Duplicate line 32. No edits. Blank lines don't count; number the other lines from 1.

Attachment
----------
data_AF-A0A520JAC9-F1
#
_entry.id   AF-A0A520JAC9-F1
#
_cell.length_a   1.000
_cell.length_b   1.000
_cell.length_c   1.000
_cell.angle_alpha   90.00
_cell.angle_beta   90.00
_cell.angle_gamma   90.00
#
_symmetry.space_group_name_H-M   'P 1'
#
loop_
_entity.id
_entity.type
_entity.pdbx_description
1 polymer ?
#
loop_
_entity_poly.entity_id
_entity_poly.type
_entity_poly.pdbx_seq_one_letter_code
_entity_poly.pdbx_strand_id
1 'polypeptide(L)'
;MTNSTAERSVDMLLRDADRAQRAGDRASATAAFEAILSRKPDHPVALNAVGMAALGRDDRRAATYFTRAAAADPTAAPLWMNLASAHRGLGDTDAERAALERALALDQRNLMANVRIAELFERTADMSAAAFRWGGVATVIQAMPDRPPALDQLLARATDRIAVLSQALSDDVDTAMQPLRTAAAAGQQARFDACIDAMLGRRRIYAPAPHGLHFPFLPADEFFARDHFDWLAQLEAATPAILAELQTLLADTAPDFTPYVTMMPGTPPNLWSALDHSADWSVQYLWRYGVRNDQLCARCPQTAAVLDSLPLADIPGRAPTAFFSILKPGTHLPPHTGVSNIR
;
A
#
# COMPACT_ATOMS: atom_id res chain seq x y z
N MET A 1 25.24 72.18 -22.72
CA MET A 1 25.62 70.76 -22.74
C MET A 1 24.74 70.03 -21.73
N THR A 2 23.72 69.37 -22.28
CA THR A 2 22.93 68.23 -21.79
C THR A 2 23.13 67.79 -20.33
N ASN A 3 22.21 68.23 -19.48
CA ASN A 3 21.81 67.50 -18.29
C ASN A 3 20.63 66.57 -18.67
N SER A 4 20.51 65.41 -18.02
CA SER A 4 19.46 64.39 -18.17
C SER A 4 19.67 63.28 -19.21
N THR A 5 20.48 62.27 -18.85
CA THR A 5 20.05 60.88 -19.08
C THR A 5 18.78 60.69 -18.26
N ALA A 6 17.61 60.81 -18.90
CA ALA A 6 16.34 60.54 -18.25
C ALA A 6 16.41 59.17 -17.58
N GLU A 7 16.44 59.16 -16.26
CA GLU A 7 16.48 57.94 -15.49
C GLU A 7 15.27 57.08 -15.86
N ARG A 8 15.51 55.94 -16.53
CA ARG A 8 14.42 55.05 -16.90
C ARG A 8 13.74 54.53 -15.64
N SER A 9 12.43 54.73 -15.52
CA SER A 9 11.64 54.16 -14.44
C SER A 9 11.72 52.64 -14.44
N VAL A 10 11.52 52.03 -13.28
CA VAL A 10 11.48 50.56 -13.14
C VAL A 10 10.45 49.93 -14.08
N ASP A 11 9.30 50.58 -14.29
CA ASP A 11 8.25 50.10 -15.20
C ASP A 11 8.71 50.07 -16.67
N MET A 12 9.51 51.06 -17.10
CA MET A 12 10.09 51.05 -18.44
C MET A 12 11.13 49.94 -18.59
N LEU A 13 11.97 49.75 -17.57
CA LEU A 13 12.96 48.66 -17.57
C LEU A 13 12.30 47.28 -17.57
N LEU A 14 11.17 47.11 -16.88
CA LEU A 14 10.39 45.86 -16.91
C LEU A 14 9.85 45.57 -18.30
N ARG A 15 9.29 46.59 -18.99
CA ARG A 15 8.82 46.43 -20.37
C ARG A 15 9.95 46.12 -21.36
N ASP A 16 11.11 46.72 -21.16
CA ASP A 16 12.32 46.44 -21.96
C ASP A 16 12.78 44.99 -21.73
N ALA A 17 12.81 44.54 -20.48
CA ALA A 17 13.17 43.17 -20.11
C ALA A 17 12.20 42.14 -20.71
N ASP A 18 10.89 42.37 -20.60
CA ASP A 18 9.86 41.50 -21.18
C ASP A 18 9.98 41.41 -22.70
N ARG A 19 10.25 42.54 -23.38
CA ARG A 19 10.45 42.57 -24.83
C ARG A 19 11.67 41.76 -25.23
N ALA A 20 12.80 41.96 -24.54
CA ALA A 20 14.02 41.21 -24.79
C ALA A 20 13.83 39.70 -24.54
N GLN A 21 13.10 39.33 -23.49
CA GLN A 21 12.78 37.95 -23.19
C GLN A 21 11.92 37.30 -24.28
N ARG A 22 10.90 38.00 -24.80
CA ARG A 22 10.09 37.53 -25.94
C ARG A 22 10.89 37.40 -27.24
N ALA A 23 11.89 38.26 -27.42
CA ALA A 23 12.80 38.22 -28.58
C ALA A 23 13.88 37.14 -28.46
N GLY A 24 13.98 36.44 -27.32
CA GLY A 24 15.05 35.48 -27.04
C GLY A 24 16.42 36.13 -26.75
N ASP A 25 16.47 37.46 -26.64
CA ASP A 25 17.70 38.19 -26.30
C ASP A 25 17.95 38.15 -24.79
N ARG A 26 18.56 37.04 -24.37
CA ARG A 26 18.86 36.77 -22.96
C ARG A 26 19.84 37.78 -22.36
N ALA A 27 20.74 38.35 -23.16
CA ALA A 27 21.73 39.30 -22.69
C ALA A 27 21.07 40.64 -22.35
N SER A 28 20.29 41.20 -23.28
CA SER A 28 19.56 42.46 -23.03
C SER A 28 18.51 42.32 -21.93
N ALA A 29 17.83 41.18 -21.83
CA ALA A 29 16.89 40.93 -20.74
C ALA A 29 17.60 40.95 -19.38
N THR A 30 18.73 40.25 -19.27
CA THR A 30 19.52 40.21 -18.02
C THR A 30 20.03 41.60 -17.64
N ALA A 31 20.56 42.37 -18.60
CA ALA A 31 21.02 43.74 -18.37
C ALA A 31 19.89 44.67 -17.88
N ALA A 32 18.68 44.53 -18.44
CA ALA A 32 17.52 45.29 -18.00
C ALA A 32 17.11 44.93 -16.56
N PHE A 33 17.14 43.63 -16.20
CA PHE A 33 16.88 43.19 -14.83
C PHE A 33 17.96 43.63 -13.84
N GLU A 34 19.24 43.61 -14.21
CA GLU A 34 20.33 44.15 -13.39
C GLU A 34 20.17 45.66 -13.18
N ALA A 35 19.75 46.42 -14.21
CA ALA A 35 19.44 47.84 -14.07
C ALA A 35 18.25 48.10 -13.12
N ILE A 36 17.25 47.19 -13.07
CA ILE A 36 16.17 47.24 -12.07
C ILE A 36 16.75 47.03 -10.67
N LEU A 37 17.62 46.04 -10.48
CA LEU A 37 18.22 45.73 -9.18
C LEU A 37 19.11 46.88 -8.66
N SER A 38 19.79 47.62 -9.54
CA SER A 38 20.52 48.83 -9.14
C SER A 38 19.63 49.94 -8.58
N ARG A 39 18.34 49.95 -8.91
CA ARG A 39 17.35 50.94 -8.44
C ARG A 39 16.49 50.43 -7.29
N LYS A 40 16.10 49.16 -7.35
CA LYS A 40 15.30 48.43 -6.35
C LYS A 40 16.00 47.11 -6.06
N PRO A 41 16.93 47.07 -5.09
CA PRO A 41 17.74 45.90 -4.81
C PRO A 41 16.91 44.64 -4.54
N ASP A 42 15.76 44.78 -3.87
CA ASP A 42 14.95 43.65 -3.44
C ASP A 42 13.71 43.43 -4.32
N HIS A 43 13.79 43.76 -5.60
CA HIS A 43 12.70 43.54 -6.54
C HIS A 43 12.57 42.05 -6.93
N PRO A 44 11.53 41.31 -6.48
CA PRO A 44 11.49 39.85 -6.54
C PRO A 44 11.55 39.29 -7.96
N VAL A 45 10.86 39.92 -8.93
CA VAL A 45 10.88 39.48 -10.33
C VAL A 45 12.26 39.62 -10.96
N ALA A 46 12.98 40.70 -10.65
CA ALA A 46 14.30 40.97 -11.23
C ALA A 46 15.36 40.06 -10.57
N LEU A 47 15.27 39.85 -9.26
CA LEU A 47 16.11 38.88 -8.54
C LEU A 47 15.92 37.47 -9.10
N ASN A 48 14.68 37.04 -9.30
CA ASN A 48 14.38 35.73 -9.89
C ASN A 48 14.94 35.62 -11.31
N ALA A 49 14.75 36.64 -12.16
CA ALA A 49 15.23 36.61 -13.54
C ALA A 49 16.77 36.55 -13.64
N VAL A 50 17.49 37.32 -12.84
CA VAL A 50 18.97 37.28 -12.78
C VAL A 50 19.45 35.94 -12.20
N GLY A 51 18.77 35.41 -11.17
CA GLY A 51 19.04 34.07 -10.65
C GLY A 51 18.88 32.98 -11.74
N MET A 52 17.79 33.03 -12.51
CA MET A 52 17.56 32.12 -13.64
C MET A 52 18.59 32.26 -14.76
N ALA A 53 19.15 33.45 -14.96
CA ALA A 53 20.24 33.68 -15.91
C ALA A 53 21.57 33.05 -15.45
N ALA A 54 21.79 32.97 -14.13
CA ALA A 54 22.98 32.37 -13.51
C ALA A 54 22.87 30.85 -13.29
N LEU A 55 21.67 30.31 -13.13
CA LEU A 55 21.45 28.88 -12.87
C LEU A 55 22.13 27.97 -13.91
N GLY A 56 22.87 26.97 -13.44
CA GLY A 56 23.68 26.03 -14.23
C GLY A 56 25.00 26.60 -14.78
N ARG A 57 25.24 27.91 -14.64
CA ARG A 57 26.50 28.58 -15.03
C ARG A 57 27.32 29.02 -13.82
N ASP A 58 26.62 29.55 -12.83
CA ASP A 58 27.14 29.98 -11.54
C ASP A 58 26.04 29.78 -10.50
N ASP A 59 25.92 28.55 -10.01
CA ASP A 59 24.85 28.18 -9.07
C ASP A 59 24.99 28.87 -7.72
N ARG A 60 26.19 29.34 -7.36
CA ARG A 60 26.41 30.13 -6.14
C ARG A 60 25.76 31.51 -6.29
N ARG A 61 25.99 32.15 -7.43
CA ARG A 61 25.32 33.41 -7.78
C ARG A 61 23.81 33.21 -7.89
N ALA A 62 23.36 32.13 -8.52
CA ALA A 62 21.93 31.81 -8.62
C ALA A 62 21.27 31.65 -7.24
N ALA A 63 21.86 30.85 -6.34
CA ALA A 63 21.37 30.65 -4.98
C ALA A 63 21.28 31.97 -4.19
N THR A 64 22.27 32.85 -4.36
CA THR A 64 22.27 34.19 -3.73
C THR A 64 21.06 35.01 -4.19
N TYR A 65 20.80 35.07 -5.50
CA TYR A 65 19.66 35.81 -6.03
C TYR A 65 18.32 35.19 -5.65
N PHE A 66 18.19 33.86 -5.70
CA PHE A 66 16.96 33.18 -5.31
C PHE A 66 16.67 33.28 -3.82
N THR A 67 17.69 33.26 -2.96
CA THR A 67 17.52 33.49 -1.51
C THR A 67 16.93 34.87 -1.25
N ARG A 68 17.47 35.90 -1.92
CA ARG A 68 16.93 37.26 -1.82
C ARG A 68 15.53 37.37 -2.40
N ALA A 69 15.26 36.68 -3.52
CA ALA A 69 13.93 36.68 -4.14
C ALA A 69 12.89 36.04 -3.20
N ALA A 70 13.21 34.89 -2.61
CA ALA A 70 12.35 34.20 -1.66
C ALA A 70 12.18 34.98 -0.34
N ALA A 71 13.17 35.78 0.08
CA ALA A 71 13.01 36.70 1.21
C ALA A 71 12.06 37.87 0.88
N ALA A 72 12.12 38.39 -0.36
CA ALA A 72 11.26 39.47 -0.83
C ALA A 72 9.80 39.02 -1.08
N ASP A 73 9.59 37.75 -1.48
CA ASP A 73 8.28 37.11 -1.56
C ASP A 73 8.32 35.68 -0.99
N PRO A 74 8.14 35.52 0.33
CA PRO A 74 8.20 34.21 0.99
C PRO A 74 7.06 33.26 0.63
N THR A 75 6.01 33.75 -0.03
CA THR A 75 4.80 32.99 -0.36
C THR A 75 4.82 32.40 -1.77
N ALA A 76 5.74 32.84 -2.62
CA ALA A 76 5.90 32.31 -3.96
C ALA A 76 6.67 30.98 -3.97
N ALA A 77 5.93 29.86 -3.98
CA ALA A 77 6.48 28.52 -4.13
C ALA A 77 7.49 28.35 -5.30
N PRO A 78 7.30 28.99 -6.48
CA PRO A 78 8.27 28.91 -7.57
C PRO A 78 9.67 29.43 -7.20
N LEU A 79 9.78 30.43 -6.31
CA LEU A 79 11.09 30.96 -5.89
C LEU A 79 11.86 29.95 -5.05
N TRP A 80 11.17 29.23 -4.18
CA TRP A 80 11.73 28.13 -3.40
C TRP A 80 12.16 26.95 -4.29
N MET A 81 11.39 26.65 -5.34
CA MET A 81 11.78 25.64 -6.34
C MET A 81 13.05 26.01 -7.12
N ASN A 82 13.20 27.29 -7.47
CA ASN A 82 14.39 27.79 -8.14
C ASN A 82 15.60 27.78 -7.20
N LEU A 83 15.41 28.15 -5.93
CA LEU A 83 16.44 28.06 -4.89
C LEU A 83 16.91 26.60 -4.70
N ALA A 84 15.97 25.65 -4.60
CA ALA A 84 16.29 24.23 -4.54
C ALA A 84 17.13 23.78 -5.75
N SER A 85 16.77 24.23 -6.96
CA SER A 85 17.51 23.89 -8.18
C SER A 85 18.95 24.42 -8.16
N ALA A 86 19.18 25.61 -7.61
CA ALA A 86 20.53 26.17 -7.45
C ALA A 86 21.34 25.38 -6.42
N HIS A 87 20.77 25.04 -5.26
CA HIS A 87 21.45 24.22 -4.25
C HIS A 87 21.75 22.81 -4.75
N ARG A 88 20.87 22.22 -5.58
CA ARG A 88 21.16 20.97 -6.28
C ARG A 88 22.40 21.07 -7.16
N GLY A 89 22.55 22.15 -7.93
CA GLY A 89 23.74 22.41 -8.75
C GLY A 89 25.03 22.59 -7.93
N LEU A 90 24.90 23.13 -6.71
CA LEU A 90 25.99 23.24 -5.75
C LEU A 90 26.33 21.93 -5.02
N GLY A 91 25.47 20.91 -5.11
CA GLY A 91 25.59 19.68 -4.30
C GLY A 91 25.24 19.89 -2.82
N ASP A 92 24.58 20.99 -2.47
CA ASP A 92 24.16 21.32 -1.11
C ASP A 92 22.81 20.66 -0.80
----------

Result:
CA MET A 1 25.62 70.76 -22.74